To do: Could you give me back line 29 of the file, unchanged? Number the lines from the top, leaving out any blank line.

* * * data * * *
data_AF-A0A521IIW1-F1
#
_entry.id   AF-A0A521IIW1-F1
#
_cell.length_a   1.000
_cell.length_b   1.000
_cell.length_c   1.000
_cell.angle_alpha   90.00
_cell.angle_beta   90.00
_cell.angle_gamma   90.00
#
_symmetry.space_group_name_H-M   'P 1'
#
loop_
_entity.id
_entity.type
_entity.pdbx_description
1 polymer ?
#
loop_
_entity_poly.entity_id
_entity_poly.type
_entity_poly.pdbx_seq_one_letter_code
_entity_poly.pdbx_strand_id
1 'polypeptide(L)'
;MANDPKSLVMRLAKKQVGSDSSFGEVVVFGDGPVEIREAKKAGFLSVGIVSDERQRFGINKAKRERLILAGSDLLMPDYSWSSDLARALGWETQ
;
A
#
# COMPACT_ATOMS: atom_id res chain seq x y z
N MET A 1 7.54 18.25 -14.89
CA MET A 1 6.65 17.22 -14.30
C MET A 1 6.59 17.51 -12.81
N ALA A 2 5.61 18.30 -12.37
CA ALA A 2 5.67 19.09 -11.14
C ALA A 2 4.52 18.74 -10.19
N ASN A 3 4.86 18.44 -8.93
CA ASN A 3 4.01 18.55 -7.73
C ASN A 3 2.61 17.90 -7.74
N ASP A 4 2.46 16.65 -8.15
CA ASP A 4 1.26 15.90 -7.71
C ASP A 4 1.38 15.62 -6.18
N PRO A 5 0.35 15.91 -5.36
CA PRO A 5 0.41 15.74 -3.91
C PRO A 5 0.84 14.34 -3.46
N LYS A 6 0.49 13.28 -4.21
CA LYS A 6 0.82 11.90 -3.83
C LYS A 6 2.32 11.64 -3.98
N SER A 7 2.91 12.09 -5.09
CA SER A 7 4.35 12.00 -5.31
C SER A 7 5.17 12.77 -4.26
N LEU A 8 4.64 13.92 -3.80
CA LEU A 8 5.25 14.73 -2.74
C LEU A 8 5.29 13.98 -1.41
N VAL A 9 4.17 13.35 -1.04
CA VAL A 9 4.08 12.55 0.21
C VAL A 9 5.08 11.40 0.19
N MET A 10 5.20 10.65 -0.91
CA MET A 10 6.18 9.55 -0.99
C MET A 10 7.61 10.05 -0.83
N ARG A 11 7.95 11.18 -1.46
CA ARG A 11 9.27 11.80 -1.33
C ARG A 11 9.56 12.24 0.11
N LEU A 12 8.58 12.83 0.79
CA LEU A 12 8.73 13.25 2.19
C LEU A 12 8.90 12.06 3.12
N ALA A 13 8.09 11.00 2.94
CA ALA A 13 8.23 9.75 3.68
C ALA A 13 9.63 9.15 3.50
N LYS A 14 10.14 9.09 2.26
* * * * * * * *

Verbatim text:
#